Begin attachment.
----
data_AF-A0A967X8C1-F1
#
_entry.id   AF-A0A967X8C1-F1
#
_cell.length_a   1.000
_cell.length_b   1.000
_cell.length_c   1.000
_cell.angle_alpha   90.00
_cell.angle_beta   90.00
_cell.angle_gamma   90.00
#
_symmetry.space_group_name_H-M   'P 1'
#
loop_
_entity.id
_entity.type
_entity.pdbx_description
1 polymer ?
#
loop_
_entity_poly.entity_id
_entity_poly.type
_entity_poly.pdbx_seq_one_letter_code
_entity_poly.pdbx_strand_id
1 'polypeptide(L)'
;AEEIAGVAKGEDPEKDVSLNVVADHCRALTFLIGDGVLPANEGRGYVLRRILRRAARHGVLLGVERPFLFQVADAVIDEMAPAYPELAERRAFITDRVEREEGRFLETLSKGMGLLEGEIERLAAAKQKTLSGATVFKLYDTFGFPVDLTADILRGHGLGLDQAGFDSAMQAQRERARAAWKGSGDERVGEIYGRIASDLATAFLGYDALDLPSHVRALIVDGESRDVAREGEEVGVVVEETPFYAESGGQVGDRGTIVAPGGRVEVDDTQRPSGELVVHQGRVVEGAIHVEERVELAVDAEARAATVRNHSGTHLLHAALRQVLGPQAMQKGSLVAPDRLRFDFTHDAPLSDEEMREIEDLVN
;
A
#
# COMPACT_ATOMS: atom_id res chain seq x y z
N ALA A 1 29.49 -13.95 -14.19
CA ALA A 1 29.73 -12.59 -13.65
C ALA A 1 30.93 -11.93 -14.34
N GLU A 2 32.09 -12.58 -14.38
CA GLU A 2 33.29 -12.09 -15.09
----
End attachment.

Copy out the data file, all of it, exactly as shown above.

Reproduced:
data_AF-A0A967X8C1-F1
#
_entry.id   AF-A0A967X8C1-F1
#
_cell.length_a   1.000
_cell.length_b   1.000
_cell.length_c   1.000
_cell.angle_alpha   90.00
_cell.angle_beta   90.00
_cell.angle_gamma   90.00
#
_symmetry.space_group_name_H-M   'P 1'
#
loop_
_entity.id
_entity.type
_entity.pdbx_description
1 polymer ?
#
loop_
_entity_poly.entity_id
_entity_poly.type
_entity_poly.pdbx_seq_one_letter_code
_entity_poly.pdbx_strand_id
1 'polypeptide(L)'
;AEEIAGVAKGEDPEKDVSLNVVADHCRALTFLIGDGVLPANEGRGYVLRRILRRAARHGVLLGVERPFLFQVADAVIDEMAPAYPELAERRAFITDRVEREEGRFLETLSKGMGLLEGEIERLAAAKQKTLSGATVFKLYDTFGFPVDLTADILRGHGLGLDQAGFDSAMQAQRERARAAWKGSGDERVGEIYGRIASDLATAFLGYDALDLPSHVRALIVDGESRDVAREGEEVGVVVEETPFYAESGGQVGDRGTIVAPGGRVEVDDTQRPSGELVVHQGRVVEGAIHVEERVELAVDAEARAATVRNHSGTHLLHAALRQVLGPQAMQKGSLVAPDRLRFDFTHDAPLSDEEMREIEDLVN
;
A
#
# COMPACT_ATOMS: atom_id res chain seq x y z
N ALA A 1 29.49 -13.95 -14.19
CA ALA A 1 29.73 -12.59 -13.65
C ALA A 1 30.93 -11.93 -14.34
N GLU A 2 32.09 -12.58 -14.38
CA GLU A 2 33.29 -12.09 -15.09